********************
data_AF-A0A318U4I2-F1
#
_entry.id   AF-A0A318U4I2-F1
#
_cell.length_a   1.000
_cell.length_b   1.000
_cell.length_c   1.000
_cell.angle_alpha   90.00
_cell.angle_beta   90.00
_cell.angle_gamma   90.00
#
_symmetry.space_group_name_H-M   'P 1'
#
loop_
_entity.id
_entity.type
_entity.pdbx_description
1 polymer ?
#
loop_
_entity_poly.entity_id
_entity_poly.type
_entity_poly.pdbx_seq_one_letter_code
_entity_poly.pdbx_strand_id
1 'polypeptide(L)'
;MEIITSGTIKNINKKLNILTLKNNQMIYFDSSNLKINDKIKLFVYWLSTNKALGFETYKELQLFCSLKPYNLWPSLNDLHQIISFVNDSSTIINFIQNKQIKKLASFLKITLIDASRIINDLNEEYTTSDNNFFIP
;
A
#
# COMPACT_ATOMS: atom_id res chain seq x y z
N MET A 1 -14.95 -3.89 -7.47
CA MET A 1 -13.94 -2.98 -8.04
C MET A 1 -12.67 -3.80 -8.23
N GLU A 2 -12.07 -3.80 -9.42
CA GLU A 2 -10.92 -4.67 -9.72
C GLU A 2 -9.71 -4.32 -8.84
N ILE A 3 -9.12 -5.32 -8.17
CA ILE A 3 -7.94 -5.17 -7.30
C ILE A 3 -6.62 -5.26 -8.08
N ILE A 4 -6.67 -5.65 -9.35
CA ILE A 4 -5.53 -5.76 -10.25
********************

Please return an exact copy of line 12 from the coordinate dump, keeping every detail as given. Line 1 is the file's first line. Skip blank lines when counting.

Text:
_symmetry.space_group_name_H-M   'P 1'